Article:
With less than a month before Chile’s presidential and parliamentary elections, its largest labor alliance, the Central Unitaria de Trabajadores (CUT), instigated a nationwide strike on Wednesday involving thousands of public sector workers.
The coalition of more than 14 public sector unions is demanding an 8.8 percent raise for most public sector workers, as well as a full 10 percent increase for the lowest wage earners. The demands apply to government ministries, education, health, municipalities, universities, and kindergartens, said Raul de la Puente, president of Agrupacion Nacional de Empleados Fiscales (ANEF, the National Association of Public Employees). He also claimed that 90 percent of public sector workers participated in the strike.
Carlos Insunza, secretary general of CUT, has indicated political motivations behind the timing of the public sector strikes, with them so close to upcoming presidential elections. He told the Santiago Times “we cannot pretend that Chile will develop to become fairer and more democratic if labor is not put at the center of a public debate, and of the presidential candidates’ programs.” Bárbara Figueroa, president of CUT, also stated that the unions want negotiations to start before Chile’s elections on November 17, a move which would presumably provide a boost to socialist-leaning candidates in the elections.
— Carlos Insunza Rojas (@sombraroja) October 22, 2013
Figueroa explained that the impending negotiations “not only impact the more than 600,000 public sector workers, but they also affect future negotiations in the private sector [by setting precedent].” Chile already has the third highest minimum wage in Latin America at US$416 per month, according to Chile’s embassy.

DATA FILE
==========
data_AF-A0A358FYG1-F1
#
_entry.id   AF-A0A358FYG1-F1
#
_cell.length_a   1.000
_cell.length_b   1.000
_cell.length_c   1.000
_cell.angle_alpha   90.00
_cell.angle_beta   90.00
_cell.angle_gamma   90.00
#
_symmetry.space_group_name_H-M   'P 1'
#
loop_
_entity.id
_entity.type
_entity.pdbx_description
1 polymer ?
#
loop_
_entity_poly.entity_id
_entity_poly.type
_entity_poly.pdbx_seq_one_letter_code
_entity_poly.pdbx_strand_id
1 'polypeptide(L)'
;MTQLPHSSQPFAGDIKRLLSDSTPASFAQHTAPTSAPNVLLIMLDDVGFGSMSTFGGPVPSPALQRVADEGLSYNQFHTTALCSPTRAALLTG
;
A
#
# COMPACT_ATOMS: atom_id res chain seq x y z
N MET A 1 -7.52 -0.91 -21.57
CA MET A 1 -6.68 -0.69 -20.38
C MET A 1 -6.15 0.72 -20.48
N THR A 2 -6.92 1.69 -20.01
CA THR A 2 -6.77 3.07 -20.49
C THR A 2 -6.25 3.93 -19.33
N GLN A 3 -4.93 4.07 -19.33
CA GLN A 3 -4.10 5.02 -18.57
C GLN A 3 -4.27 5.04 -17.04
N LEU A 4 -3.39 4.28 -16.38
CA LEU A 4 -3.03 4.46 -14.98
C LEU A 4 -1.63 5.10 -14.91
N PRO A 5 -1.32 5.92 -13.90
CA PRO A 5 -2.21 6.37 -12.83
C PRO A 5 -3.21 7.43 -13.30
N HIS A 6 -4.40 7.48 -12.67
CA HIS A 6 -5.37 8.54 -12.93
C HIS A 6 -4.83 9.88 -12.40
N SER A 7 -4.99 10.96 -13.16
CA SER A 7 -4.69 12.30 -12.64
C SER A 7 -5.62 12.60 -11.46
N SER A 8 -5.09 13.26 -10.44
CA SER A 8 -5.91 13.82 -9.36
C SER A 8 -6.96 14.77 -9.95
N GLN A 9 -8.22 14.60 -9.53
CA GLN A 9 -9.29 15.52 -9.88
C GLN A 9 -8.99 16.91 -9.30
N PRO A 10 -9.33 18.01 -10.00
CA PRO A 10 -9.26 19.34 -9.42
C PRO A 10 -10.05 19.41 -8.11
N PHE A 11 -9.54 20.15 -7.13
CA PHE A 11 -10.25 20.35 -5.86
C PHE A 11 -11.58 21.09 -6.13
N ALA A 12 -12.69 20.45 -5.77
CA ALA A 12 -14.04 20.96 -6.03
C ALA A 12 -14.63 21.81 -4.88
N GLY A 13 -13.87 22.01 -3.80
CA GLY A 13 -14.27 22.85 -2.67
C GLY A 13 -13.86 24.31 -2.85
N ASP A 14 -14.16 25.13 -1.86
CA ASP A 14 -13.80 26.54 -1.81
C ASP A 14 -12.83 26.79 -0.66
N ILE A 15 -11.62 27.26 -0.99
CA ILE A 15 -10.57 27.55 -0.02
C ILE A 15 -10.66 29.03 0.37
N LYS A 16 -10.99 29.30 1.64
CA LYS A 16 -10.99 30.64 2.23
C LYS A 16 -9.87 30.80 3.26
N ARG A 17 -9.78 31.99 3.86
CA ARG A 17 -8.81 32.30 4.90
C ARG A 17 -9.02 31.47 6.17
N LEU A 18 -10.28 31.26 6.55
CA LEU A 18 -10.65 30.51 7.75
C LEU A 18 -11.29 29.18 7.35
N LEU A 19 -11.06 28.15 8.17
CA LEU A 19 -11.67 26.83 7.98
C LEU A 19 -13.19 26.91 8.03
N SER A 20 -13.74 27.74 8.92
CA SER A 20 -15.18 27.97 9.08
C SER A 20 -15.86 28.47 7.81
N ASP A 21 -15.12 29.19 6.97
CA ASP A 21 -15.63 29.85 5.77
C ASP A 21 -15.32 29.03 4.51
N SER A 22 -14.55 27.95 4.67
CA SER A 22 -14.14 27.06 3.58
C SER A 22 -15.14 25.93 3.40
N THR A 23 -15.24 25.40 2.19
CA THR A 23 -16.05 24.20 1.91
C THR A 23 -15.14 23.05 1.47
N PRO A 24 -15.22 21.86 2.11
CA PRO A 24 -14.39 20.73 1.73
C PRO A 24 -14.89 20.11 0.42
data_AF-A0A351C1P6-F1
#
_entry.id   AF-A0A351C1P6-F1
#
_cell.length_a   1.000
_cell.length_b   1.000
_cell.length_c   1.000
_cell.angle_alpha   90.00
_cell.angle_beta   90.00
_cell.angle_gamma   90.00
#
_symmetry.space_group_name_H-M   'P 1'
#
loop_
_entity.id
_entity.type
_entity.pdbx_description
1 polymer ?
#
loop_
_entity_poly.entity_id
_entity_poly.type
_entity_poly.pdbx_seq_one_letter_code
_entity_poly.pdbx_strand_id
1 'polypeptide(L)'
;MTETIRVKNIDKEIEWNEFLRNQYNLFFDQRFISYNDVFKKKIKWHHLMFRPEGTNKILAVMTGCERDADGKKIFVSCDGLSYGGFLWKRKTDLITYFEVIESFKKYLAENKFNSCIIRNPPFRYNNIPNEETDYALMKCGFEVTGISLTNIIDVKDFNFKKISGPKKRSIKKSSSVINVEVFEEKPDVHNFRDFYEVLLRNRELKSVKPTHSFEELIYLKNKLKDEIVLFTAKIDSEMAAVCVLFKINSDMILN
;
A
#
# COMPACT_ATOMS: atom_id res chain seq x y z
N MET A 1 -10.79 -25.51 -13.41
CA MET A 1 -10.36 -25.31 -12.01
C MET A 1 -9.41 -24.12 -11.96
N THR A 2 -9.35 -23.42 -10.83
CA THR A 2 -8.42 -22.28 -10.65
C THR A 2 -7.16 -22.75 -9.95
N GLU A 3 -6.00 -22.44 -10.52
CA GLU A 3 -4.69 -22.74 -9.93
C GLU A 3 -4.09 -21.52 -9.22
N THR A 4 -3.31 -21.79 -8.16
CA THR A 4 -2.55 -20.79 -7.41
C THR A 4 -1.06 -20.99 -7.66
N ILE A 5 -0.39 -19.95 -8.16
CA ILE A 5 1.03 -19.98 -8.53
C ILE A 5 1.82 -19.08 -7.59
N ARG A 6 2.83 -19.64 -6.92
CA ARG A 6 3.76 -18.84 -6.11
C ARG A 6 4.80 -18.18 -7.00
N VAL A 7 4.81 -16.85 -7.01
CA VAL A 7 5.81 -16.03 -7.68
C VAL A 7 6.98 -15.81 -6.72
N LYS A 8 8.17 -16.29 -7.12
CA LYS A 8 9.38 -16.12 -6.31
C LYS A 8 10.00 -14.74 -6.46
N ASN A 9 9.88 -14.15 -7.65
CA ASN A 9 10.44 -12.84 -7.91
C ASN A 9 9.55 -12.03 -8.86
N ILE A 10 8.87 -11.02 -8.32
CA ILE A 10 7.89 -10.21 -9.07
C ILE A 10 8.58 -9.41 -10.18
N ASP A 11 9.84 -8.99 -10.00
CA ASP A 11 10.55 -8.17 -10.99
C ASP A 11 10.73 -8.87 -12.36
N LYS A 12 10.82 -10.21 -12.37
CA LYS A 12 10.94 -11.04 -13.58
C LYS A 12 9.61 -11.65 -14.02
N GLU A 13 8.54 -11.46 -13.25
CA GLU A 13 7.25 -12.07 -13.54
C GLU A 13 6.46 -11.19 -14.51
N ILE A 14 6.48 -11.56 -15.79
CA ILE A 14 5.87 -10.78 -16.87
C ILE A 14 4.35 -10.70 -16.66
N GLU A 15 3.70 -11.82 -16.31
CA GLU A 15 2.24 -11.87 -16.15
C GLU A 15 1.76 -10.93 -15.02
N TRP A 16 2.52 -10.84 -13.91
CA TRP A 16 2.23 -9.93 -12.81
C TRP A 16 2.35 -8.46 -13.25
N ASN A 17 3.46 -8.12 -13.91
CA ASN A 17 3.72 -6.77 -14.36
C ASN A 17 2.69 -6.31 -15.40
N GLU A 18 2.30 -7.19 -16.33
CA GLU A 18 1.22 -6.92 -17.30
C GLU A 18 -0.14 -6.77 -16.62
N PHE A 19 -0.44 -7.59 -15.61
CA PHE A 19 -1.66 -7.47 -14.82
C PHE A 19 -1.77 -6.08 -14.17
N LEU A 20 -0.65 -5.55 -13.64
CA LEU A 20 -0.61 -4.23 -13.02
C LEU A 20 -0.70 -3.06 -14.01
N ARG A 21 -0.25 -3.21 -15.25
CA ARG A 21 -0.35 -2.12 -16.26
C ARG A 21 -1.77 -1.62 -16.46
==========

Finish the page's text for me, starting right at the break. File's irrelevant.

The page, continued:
Public services affected by the strike include teachers, health care workers, prison employees, and trash services. The absence of trash services due to the strike has already created an emergency situation in Valparaíso due to unsanitary conditions, forcing the city to implement an independent contingency plan to deal with the pileup left by public employees on strike.
— La Tercera (@latercera) October 23, 2013
Santiago Rebolledo, president of the Asociación Chilena de Municipalidades (AChM), acknowledged the impact the sudden strike is having on the country.
“Beyond doubt, to cripple 80 percent of municipalities is to paralyze Chile. We deliver all [government] services, and we have a serious problem here if this conflict is prolonged,” he said.
Only a handful of public sectors did not participate in the strike, including police, some health care workers, and Chile’s Civil Registry and Identification Service, which handles identification cards, passports, marriage licenses, and a range of other documents and licenses.
While the nationwide strike involving public services has managed to have swift consequences, only 18 percent of Chile’s entire labor force is unionized; of those, 96% are affiliated with CUT, according to the Chilean embassy.
Commenting on the national strike, Chile’s interior minister, Andrés Chadwick, questioned the usefulness of striking at this stage in negotiations, and quipped, “it’s like a tradition that they hold a strike before first starting at the negotiating table. That’s the truth.”